Maldives lifts state of emergency with dissidents locked up

AFP – Maldives President Abdulla Yameen lifted a 45-day state of emergency on Thursday, a day after senior political opponents were locked up indefinitely for allegedly trying to topple him last month.

Yameen chose not to extend the draconian laws he had invoked on February 5 following a Supreme Court ruling that threatened to lead to his impeachment.

"Though there still exists a diminished threat to national security… in an effort to promote normalcy, the president has decided to lift the state of emergency," Yameen’s office said in a statement.

The country’s united opposition said lifting the emergency made no practical difference because "Yameen no longer abides by laws and the constitution".

The opposition urged foreign intervention in the Muslim Indian Ocean archipelago of 340,000.

"The opposition calls on the international community for swift action on the Maldives, including the imposition of targeted sanctions against regime officials," they said in a statement.

Yameen initially declared the state of emergency for 15 days after the country’s top court ordered him to free high-profile dissidents from jail.

It was later extended for another 30 days, deepening the political crisis in the country which straddles strategic international shipping lanes.

The dissidents’ release would have paved the way for former leader Mohamed Nasheed to return from self-imposed exile in London and contest presidential elections later this year.

Yameen refused to carry out the court order and instead invoked the emergency which curtailed the powers of the judiciary and the legislature.





He also arrested the chief justice and another Supreme Court judge.

The remaining judges revoked an earlier decision to reinstate 12 MPs who had been sacked for defecting to the opposition while Yameen also stripped parliament of its power to impeach him.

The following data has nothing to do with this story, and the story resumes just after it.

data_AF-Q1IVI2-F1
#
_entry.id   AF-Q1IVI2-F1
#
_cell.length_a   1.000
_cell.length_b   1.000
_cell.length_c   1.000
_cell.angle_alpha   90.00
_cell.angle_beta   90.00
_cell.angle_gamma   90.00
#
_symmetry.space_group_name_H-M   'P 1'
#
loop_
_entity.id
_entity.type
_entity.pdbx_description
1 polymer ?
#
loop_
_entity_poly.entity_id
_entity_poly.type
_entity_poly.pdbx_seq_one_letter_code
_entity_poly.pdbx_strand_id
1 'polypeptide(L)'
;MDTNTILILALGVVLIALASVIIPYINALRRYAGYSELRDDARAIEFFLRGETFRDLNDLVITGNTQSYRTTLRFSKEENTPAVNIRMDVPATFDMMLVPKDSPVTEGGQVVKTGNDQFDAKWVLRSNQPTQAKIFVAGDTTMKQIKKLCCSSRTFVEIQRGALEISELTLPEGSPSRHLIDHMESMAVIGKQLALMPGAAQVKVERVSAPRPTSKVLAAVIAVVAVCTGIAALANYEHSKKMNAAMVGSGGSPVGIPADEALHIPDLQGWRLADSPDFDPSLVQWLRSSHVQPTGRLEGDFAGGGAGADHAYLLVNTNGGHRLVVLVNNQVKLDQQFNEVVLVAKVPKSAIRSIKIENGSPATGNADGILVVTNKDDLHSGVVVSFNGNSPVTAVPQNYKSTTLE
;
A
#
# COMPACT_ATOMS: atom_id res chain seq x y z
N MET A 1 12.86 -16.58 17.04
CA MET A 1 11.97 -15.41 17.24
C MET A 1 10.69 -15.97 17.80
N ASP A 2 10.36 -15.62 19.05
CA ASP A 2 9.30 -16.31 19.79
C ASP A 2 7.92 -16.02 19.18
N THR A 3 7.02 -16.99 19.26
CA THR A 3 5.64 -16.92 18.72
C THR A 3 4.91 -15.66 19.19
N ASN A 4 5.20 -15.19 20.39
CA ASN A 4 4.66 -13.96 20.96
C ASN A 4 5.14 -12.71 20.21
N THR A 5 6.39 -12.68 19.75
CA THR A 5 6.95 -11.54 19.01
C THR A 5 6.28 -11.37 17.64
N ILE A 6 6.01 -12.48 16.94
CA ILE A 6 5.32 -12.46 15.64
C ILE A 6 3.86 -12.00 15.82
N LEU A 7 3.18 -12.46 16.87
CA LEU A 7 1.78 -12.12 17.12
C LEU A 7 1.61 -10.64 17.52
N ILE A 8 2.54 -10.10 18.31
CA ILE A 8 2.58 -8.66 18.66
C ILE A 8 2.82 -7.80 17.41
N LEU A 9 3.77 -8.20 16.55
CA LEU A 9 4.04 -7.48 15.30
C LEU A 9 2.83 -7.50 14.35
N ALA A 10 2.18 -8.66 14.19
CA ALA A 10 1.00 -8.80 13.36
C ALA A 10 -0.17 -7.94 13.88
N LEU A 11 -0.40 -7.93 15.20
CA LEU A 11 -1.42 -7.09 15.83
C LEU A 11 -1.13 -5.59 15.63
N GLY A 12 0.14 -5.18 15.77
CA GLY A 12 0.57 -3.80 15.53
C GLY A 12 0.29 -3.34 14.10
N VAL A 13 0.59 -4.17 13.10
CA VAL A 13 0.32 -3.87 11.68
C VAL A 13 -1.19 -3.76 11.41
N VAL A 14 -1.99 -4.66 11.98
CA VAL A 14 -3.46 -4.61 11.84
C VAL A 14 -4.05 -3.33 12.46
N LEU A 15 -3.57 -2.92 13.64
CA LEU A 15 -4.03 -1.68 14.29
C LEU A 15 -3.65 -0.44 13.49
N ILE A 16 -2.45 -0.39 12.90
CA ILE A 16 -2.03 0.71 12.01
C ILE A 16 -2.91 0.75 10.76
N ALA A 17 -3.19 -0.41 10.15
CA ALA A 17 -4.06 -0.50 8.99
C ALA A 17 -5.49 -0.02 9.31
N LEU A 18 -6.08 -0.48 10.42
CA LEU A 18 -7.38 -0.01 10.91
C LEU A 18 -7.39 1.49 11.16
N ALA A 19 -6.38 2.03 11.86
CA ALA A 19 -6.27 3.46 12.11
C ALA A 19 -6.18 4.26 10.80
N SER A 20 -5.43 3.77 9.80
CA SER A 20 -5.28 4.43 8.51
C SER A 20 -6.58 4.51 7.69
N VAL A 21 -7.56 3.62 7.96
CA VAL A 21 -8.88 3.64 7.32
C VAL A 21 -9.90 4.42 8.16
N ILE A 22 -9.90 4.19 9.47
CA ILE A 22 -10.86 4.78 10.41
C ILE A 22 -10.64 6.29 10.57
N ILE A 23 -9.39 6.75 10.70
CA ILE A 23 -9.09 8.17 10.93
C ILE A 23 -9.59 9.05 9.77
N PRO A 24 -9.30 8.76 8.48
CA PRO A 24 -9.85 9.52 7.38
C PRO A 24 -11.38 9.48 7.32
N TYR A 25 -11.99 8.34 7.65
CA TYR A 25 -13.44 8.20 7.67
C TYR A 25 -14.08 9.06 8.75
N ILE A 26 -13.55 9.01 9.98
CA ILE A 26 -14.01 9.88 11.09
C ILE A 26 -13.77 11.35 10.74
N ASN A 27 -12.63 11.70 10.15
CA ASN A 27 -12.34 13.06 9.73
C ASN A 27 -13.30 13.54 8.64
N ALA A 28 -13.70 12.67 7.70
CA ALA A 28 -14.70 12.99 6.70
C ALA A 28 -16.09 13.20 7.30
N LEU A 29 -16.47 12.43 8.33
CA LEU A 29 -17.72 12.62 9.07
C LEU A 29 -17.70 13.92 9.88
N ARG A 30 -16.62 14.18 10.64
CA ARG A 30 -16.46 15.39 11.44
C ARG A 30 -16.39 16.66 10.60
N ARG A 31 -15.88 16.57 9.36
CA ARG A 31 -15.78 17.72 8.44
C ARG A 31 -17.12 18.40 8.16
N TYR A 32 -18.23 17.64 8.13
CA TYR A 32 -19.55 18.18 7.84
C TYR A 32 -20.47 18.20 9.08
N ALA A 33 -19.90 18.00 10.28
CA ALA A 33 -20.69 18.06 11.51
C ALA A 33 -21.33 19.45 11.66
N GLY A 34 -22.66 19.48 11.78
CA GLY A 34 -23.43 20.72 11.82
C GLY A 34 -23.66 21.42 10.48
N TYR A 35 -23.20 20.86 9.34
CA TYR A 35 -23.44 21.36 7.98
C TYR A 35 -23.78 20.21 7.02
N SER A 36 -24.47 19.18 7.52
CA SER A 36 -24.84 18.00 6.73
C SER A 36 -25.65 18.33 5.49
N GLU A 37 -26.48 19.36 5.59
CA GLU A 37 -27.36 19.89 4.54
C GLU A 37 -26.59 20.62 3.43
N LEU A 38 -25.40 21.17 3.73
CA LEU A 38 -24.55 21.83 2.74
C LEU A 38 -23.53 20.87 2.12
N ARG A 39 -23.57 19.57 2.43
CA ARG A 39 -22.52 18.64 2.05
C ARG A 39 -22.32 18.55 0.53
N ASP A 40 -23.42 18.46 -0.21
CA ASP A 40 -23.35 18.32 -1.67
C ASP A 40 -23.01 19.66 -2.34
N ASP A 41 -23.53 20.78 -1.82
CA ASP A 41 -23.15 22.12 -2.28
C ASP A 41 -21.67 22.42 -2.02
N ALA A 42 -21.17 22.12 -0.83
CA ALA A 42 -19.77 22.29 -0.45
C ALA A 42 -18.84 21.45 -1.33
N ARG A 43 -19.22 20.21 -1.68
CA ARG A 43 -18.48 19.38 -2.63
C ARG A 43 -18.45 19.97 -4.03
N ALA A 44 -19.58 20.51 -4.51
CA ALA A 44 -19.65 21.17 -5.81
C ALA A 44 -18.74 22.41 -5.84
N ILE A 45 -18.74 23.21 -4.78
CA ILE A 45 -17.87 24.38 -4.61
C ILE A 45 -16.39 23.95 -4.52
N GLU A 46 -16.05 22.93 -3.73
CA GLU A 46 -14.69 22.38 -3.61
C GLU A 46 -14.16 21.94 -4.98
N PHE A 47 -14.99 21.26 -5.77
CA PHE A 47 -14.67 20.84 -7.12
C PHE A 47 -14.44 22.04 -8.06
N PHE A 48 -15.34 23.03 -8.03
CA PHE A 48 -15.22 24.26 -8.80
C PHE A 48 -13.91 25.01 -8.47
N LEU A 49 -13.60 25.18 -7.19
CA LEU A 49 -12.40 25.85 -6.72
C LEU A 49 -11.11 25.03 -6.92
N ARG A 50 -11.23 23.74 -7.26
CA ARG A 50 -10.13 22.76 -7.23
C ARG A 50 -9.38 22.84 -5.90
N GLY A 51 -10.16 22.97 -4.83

Yameen’s statement Thursday defended the emergency measures, saying they had been precipitated by a "constitutional crisis" created by the two judges.

It added that they had "conspired with political actors… (to) overthrow a lawful government, and whose actions constituted an imminent threat to national security".

Yameen had been widely expected to let the tough laws lapse on Thursday after authorities charged former president Maumoon Abdul Gayoom and several senior judges with "terrorism" this week.

– ‘Full dictatorship’ –

Nasheed said that Yameen had allowed the emergency to end because he no longer had any need for it.

"He has overrun the judiciary and legislature, arrested hundreds unlawfully and introduced a ‘new normal’ in the #Maldives – full dictatorship," Nasheed said on Twitter.

"We will not give up, we will fight and we will overcome."

In a statement later, he criticised other nations for not intervening to end the political crisis.

"It is sad that the international community has still not got their act together," Nasheed said, accusing the Maldives regime of being a "puppet state controlled by China".

Gayoom, Yameen’s estranged half brother, ruled the country for 30 years before losing to Nasheed in the nation’s first democratic elections in 2008.

The 80-year-old former strongman was arrested earlier last month accused of trying to topple Yameen.

The Prosecutor General’s office said Wednesday that Gayoom had been charged with attempting an "act of terrorism and obstruction of justice".

Gayoom, together with his legislator son Faris Maumoon and sacked chief justice Abdulla Saeed, have been remanded in custody. In total 11 people have been charged.

The Maldives criminal court ordered Gayoom to be remanded until the conclusion of his trial, although it was not immediately clear when the case would commence.

Yameen came to power following a controversial election run-off in November 2013 when he narrowly defeated Nasheed.

His crackdown has dented the nation’s image as a popular tourist destination, which remains vital to its economy.

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